(Against?) Note Taking During Sermons

Mark Jones comments
| Faith

Do you take notes when you are worshipping God by listening to a sermon?

Preaching in a number of countries has been not only a rewarding experience, but also a deeply interesting experience. In North America, especially, I’ve noticed that those sitting in the pews are far more likely to take notes during a sermon than those in other countries (e.g., China, Brazil). 

With a little bit of fear and trepidation, I wonder if we might not need to re-think the appropriateness of excessive note-taking during a sermon. 

Now, in my own church where I minister, we do not legislate any laws concerning whether people can or cannot take notes during a sermon. Having said that, I have wondered whether note-taking can be so excessive that the person writing misses the special dynamic between the preacher representing Christ and the person to whom Christ is speaking. 

In Paul’s ministry to the Thessalonians he commends them for receiving his preaching as God’s word:

“And we also thank God constantly for this, that when you received the word of God, which you heard from us, you accepted it not as the word of men but as what it really is, the word of God, which is at work in you believers” (1 Thessalonians 2:13).

By faith through the Spirit, we receive Christ through eating and drinking in the Lord’s Supper. Similarly, by faith through the Spirit, we receive Christ through the hearing of God’s word. There is a real encounter with Christ. 

Martin Luther was convinced that preaching is not primarily a work of man. He desired that God would “train our hearts to believe that the preacher’s words are God’s Word and that the man addressing us is a scholar and a king.” He adds:

“As a matter of fact, it is not an angel or a hundred thousand angels but the Divine Majesty Himself that is preaching there. To be sure, I do not hear this with my ears or see it with my eyes; all I hear is the voice of the preacher, or of my brother or father, and I behold only a man before me. But I view the picture correctly if I add that the voice and words of father or pastor are not his own words and doctrine but those of our Lord and God. It is not a prince, a king, or an archangel whom I hear; it is He who declares that He is able to dispense the water of eternal life. If we could believe this we would be content indeed” (Sermons on the Gospel of St. John, LW, vol. 22, 526-5).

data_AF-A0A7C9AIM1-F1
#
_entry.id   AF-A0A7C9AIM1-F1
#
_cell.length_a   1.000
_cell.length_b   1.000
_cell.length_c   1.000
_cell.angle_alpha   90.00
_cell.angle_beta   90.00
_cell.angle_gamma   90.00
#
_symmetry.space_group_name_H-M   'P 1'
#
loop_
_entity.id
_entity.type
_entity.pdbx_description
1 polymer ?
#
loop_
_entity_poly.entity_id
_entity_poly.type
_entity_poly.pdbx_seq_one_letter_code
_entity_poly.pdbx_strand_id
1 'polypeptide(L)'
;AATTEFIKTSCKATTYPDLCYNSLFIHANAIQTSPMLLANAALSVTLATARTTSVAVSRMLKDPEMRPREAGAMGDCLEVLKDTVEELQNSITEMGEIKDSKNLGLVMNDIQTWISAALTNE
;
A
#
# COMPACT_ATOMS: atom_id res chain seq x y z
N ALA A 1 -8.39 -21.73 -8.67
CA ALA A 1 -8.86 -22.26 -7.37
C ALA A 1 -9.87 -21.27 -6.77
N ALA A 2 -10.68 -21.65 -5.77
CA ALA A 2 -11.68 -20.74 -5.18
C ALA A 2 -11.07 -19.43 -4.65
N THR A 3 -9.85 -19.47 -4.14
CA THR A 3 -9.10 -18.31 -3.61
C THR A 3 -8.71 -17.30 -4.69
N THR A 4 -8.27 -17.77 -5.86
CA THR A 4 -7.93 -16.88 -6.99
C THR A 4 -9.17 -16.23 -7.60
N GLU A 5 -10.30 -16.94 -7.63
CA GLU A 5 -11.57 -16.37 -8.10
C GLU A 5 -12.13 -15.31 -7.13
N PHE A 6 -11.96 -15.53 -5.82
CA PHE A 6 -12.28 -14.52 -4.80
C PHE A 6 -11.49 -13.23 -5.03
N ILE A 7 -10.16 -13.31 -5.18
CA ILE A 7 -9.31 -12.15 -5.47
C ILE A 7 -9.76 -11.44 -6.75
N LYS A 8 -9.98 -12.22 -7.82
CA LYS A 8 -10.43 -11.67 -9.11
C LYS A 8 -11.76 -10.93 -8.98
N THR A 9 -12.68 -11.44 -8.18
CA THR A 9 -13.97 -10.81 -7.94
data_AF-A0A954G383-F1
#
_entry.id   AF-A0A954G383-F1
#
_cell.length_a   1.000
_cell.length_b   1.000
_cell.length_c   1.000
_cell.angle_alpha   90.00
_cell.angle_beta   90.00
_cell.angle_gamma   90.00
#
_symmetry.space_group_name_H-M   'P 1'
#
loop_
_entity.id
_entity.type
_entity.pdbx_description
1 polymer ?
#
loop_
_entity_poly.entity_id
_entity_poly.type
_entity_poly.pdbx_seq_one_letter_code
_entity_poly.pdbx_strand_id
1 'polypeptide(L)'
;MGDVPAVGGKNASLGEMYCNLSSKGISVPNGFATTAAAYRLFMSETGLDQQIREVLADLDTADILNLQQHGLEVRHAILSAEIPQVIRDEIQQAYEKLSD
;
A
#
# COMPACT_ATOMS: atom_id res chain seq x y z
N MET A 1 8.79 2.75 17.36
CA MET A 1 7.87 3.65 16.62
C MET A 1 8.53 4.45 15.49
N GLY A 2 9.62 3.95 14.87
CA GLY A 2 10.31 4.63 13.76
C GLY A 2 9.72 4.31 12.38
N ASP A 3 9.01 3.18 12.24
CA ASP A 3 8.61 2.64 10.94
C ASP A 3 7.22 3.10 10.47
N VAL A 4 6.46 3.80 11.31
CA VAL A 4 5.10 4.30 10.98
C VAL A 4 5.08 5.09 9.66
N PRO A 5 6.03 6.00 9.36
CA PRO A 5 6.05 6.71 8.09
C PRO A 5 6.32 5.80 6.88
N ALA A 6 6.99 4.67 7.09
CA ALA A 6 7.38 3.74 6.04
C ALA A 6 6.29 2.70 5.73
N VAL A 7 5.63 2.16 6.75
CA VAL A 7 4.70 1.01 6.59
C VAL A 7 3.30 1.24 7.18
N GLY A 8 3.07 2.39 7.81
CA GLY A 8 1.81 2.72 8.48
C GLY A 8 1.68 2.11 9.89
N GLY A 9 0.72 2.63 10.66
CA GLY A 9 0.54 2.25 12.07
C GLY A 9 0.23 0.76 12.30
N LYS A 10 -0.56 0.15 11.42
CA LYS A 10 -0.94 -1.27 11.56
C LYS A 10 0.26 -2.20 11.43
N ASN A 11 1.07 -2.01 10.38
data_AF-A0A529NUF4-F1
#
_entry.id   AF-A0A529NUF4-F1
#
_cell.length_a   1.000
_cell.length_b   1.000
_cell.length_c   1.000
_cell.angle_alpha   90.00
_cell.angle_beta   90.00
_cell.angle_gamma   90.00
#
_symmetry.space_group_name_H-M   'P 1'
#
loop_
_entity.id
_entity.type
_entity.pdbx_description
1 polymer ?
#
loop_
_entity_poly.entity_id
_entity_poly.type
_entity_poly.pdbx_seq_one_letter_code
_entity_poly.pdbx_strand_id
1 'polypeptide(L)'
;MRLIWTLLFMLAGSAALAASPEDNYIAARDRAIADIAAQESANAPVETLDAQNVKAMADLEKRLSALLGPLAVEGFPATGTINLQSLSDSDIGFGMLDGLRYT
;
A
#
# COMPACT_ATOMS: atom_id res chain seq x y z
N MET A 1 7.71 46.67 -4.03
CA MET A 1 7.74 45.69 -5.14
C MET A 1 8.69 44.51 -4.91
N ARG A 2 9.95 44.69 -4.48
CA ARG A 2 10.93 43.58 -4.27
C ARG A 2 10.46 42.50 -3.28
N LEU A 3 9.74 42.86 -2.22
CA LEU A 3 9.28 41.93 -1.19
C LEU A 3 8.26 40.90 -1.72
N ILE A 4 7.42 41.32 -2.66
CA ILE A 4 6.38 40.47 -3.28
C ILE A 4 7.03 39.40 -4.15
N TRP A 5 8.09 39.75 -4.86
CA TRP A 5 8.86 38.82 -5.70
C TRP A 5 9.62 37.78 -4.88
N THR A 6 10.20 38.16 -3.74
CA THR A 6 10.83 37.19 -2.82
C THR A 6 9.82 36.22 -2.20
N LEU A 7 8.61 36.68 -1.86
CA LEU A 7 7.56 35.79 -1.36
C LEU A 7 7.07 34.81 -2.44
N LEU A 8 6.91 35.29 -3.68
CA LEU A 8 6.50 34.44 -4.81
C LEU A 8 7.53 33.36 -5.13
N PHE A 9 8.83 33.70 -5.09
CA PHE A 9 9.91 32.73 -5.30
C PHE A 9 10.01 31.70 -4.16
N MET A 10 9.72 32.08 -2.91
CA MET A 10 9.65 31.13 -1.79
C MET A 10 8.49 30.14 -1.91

Like Luther, Calvin had a high view of preaching: “For, among the many excellent gifts with which God has adorned the human race, it is a singular privilege that he deigns to consecrate to himself the mouths and tongues of men in order that his voice may resound in them” (Institutes, 4.1.5).

Personally, I put in a lot of work to be able to preach with little notes. I want to make eye contact with my people. Very often their faces tell me a lot, even when I need to re-explain something or when I need to slow the pace down. But it can be off-putting when those you are looking at are never looking at you. Plus, there is something about looking into the eyes of others when you are preaching that can be deeply moving for them, whether a point of conviction or a point of assurance from the Word preached.

If someone is still taking notes towards the end of my sermon then I feel like I’ve probably failed to some degree. 

When the Spirit is present in our preaching people are moved to worship God. But far too often the sanctuary of God’s house can feel more like a lecture hall than a place of worship. 

Christians who identify themselves as Reformed or Calvinistic can be especially guilty of a purely intellectual approach to God’s word. They leave with their notes, but they never entered with their hearts.

Martyn Lloyd-Jones discouraged note-taking during his sermons. In his own words: “The first and primary object of preaching is not only to give information. It is, as [Jonathan] Edwards says, to produce an impression. It is the impression at the time that matters, even more than what you can remember subsequently.” 

In the end, the point I’m making is not whether sermon notes help some to remember better what is preached. Perhaps notes do that. But my point is something altogether different: is it even appropriate to take notes during the whole sermon and perhaps miss something vitally important that’s happening which can’t be written down?

Author

Mark Jones

Rev. Dr. Mark Jones (PhD, Leiden Universiteit) has been the Minister at Faith Vancouver Church (PCA) since 2007. He is also Research Associate in the Faculty of Theology at University of the Free State, Bloemfontein, South Africa. He lectures at various seminaries around the world and is currently writing a book titled, "God Is: A Devotional Guide to the Attributes of God" (Crossway, 2017) and "Faith, Hope, and Love" (Crossway, 2017).

My Website: http://amzn.to/2aT50QJ